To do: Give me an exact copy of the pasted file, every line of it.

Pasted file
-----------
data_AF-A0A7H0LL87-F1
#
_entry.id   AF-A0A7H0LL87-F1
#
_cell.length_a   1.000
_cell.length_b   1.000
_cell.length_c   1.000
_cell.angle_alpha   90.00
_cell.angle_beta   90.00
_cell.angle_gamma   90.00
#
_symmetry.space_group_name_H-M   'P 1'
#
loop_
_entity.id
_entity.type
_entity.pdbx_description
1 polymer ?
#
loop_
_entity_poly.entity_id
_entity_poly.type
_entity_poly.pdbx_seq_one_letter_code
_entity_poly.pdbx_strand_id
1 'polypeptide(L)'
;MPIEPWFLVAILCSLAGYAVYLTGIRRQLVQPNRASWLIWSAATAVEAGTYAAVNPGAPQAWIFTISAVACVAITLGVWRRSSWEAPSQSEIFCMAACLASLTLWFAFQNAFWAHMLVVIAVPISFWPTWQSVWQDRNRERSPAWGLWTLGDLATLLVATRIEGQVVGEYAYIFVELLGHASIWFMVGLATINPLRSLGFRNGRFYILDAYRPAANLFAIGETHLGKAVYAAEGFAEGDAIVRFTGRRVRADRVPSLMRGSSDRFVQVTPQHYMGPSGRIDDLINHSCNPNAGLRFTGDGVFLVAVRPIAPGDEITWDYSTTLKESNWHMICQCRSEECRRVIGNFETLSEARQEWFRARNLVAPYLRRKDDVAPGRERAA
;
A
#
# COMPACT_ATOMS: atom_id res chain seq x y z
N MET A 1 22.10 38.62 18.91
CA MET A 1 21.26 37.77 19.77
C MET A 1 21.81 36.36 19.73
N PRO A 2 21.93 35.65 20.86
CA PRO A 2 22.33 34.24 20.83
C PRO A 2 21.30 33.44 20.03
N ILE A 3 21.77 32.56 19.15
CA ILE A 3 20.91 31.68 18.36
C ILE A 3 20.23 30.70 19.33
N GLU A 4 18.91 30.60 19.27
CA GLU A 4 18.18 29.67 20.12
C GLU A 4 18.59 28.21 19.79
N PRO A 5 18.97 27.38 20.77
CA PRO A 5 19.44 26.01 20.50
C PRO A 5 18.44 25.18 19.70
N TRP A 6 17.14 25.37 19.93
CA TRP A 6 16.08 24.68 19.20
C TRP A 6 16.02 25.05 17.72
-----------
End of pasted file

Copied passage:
data_AF-A0A7H0LL87-F1
#
_entry.id   AF-A0A7H0LL87-F1
#
_cell.length_a   1.000
_cell.length_b   1.000
_cell.length_c   1.000
_cell.angle_alpha   90.00
_cell.angle_beta   90.00
_cell.angle_gamma   90.00
#
_symmetry.space_group_name_H-M   'P 1'
#
loop_
_entity.id
_entity.type
_entity.pdbx_description
1 polymer ?
#
loop_
_entity_poly.entity_id
_entity_poly.type
_entity_poly.pdbx_seq_one_letter_code
_entity_poly.pdbx_strand_id
1 'polypeptide(L)'
;MPIEPWFLVAILCSLAGYAVYLTGIRRQLVQPNRASWLIWSAATAVEAGTYAAVNPGAPQAWIFTISAVACVAITLGVWRRSSWEAPSQSEIFCMAACLASLTLWFAFQNAFWAHMLVVIAVPISFWPTWQSVWQDRNRERSPAWGLWTLGDLATLLVATRIEGQVVGEYAYIFVELLGHASIWFMVGLATINPLRSLGFRNGRFYILDAYRPAANLFAIGETHLGKAVYAAEGFAEGDAIVRFTGRRVRADRVPSLMRGSSDRFVQVTPQHYMGPSGRIDDLINHSCNPNAGLRFTGDGVFLVAVRPIAPGDEITWDYSTTLKESNWHMICQCRSEECRRVIGNFETLSEARQEWFRARNLVAPYLRRKDDVAPGRERAA
;
A
#
# COMPACT_ATOMS: atom_id res chain seq x y z
N MET A 1 22.10 38.62 18.91
CA MET A 1 21.26 37.77 19.77
C MET A 1 21.81 36.36 19.73
N PRO A 2 21.93 35.65 20.86
CA PRO A 2 22.33 34.24 20.83
C PRO A 2 21.30 33.44 20.03
N ILE A 3 21.77 32.56 19.15
CA ILE A 3 20.91 31.68 18.36
C ILE A 3 20.23 30.70 19.33
N GLU A 4 18.91 30.60 19.27
CA GLU A 4 18.18 29.67 20.12
C GLU A 4 18.59 28.21 19.79
N PRO A 5 18.97 27.38 20.77
CA PRO A 5 19.44 26.01 20.50
C PRO A 5 18.44 25.18 19.70
N TRP A 6 17.14 25.37 19.93
CA TRP A 6 16.08 24.68 19.20
C TRP A 6 16.02 25.05 17.72